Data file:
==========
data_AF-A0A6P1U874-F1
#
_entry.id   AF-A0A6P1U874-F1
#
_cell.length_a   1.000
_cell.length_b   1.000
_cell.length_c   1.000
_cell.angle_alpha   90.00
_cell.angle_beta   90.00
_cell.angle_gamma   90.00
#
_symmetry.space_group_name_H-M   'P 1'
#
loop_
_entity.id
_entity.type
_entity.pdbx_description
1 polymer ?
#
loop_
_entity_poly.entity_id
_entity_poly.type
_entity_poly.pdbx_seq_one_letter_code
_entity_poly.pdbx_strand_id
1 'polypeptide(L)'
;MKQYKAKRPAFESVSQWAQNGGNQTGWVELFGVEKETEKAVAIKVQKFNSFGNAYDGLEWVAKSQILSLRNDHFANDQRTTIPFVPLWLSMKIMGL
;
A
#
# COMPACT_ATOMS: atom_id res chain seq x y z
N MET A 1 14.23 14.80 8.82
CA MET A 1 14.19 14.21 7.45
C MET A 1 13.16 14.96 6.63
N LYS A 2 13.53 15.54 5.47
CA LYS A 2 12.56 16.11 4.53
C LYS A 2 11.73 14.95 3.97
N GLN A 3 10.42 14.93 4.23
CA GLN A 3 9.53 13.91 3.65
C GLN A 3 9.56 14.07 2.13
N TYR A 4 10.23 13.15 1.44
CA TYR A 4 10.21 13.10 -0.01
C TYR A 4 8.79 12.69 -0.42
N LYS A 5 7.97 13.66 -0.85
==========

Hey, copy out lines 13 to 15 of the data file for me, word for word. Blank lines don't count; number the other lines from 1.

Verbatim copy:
#
loop_
_entity.id